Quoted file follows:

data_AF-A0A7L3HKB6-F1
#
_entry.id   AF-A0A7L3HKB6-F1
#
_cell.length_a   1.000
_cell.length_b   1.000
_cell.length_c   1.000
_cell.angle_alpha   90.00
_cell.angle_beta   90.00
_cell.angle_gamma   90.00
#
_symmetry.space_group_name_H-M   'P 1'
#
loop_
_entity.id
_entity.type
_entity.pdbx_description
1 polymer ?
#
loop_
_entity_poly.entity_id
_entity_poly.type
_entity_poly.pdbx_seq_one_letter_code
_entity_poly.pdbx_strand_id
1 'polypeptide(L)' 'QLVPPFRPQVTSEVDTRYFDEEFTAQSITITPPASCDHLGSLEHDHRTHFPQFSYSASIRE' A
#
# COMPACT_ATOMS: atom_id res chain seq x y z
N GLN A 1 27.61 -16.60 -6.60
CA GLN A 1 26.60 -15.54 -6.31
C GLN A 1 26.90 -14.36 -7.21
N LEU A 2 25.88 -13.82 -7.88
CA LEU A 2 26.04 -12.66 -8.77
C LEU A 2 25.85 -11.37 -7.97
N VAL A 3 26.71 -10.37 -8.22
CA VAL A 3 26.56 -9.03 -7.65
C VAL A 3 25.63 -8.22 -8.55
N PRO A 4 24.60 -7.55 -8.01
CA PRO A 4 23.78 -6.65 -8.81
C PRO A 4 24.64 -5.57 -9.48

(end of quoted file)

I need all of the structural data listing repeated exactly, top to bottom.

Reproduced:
data_AF-A0A7L3HKB6-F1
#
_entry.id   AF-A0A7L3HKB6-F1
#
_cell.length_a   1.000
_cell.length_b   1.000
_cell.length_c   1.000
_cell.angle_alpha   90.00
_cell.angle_beta   90.00
_cell.angle_gamma   90.00
#
_symmetry.space_group_name_H-M   'P 1'
#
loop_
_entity.id
_entity.type
_entity.pdbx_description
1 polymer ?
#
loop_
_entity_poly.entity_id
_entity_poly.type
_entity_poly.pdbx_seq_one_letter_code
_entity_poly.pdbx_strand_id
1 'polypeptide(L)' 'QLVPPFRPQVTSEVDTRYFDEEFTAQSITITPPASCDHLGSLEHDHRTHFPQFSYSASIRE' A
#
# COMPACT_ATOMS: atom_id res chain seq x y z
N GLN A 1 27.61 -16.60 -6.60
CA GLN A 1 26.60 -15.54 -6.31
C GLN A 1 26.90 -14.36 -7.21
N LEU A 2 25.88 -13.82 -7.88
CA LEU A 2 26.04 -12.66 -8.77
C LEU A 2 25.85 -11.37 -7.97
N VAL A 3 26.71 -10.37 -8.22
CA VAL A 3 26.56 -9.03 -7.65
C VAL A 3 25.63 -8.22 -8.55
N PRO A 4 24.60 -7.55 -8.01
CA PRO A 4 23.78 -6.65 -8.81
C PRO A 4 24.64 -5.57 -9.48